I Remember, Therefore I Am. Unwritten Stories: Women Artists’ Archives (National Museum of Art, Latvia)
This research and exhibition project by the Latvian Centre for Contemporary Art presented in the Latvian National Museum of Art aims to shine a light on the experiences of female artists during the communist period.
Practices such as the widespread celebration of International Women’s Day served to reinforce the idea that communist regimes in emerging Europe had established full gender equality. This critical look at the work of female artists who were creating in a context of supposed equality reveals the complete lack of access to genuine self-expression and the lack of opportunities to challenge established social hierarchies through art.
The exhibition reshapes historical narratives by presenting artworks of women working during the communist period from a modern perspective.
Self-Portraits in the Female Gender (Stubel Gallery, Bulgaria)
This collection of self-portraits of twelve female artists brings intersectional feminism to the contemporary Bulgarian art scene. The self-portraits express how the artists perceive themselves, as well as how they would like to be perceived by the outside world, and reveal the diverse and contrasting experience of womanhood that exist in Bulgaria today, and how these are affected by factors such as age, ethnic, religious and socio-economic background.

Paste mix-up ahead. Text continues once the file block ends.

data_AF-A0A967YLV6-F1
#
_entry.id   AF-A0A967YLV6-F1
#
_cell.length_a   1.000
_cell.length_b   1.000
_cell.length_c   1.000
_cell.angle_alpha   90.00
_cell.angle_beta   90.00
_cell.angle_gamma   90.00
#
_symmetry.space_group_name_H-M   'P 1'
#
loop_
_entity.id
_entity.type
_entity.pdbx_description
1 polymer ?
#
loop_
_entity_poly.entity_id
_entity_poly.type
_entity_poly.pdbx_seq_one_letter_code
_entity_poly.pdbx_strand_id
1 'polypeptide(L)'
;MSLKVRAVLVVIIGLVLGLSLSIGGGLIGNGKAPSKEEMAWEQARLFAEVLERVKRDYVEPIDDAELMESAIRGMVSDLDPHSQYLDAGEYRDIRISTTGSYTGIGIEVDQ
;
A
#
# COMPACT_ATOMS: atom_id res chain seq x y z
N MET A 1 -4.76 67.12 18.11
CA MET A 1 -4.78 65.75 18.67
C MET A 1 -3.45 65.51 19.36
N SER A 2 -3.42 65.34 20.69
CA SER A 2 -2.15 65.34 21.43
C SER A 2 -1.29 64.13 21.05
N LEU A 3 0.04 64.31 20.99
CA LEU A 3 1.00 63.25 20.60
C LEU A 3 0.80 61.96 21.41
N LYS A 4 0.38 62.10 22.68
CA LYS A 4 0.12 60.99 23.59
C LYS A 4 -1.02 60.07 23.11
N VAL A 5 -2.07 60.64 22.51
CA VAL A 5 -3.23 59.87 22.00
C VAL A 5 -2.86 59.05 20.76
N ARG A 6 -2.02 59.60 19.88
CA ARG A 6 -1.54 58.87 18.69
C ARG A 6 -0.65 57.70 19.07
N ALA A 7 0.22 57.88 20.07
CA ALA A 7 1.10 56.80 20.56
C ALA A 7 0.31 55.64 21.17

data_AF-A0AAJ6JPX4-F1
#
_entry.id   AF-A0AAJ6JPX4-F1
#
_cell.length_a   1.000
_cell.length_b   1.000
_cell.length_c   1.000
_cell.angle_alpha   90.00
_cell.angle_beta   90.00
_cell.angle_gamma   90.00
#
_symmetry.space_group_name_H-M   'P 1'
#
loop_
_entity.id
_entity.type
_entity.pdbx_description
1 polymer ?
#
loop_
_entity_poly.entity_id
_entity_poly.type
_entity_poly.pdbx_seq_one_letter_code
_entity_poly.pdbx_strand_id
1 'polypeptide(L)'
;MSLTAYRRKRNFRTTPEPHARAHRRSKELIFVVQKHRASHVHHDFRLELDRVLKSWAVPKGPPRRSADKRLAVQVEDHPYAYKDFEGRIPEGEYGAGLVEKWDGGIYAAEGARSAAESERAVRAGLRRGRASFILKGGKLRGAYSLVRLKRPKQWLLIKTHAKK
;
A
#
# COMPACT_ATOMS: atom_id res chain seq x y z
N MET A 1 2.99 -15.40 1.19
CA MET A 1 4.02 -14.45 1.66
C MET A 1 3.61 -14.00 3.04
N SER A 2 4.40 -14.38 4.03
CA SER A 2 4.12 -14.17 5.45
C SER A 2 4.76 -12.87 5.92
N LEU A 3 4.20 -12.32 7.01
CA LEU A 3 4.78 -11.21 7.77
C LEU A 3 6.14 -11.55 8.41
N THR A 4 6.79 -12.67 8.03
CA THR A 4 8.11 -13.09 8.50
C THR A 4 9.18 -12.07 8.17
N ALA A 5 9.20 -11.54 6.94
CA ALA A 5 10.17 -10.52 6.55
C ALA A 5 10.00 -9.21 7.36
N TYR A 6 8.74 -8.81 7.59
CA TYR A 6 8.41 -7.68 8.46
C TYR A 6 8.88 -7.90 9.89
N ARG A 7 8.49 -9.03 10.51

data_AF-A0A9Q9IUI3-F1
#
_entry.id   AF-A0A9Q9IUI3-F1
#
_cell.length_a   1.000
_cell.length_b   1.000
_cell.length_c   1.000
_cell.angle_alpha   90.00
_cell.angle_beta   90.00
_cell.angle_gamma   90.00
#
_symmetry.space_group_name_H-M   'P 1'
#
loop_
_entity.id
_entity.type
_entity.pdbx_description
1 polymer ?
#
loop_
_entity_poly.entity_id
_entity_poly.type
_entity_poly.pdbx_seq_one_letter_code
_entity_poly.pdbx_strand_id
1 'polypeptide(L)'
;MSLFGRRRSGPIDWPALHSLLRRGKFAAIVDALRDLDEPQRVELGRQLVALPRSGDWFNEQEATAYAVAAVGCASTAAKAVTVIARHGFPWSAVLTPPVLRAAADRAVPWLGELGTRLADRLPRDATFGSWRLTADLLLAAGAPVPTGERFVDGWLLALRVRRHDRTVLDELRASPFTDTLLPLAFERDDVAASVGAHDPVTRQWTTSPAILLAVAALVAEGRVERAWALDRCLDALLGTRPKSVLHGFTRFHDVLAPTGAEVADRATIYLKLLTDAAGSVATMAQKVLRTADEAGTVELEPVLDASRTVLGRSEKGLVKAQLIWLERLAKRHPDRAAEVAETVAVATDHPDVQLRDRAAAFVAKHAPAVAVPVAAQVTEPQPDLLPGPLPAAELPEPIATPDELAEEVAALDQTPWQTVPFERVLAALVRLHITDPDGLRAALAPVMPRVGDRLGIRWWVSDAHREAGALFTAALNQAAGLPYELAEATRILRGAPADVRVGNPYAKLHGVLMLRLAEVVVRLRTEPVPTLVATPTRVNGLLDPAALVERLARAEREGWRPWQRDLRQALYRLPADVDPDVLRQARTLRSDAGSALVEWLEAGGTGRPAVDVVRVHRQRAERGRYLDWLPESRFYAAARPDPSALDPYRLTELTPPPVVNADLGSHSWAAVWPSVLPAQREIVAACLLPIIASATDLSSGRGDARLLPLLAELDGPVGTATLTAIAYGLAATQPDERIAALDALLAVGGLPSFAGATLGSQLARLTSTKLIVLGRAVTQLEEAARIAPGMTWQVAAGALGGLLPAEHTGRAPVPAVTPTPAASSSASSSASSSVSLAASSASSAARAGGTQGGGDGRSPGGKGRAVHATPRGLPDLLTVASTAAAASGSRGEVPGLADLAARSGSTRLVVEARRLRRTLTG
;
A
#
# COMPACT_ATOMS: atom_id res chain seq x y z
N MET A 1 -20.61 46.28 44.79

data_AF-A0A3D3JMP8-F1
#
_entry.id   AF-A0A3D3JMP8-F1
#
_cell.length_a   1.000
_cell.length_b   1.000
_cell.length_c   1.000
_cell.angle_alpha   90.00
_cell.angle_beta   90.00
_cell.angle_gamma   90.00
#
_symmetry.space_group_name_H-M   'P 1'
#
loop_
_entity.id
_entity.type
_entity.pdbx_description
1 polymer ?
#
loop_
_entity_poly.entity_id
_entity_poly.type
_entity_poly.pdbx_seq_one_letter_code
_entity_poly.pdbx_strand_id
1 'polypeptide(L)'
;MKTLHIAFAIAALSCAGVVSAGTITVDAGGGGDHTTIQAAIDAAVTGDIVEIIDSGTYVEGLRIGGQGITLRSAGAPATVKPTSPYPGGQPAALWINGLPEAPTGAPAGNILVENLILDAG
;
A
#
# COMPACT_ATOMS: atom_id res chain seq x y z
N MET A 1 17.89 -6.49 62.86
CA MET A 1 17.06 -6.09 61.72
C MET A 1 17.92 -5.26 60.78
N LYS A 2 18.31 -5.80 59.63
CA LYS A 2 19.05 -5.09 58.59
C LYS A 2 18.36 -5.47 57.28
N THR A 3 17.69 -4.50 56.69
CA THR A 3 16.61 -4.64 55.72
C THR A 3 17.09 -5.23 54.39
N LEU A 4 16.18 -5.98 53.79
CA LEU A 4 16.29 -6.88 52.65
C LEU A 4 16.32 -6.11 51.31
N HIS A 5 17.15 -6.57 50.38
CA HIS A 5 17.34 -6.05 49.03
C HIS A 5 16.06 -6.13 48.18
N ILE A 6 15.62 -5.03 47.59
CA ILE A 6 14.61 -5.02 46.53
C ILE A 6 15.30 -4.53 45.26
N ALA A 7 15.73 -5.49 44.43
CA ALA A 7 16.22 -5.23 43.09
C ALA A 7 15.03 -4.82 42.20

Kimberlé Crenshaw, the American law professor who coined the term intersectional feminism, defines it as, “a prism for seeing the way in which various forms of inequality often operate together and exacerbate each other.”
In Bulgaria, discussions about the role of women in society often exclude the experiences of Muslim and Romani women in particular. Self-portraits in the female gender serves as a reminder that for diverse societies taking into consideration the experiences of a diverse set of people is essential to achieving true equality.
The Red Lightning Bolt (Poland)
Last but certainly not least, is a piece of modern art that gained its large audience not by being shown in galleries, but on the streets of Poland’s cities and elsewhere around the world.
The symbol was first created by Ola Jasionowska, art director at Warsaw City Hall, for the 2016 Black Protest in Poland, organised as a response to a civil initiative to introduce a complete ban on abortion.
The initial graphic design depicted a red lightning bolt going through the silhouette of a woman’s face but has since then been adopted and reproduced in a variety of artworks and posters designed by artists, activists, and others passionate about women’s rights.
The design gained international recognition in 2020 as reproductive rights in Poland became increasingly threatened and the protests which shook the country gained significant international coverage.
In a matter of months, the symbol has gained wide recognition elsewhere in emerging Europe and the world. It can be seen as one of the most popular symbols of 21st Century feminism and arguably the most recognisable symbol of the pro-choice movement.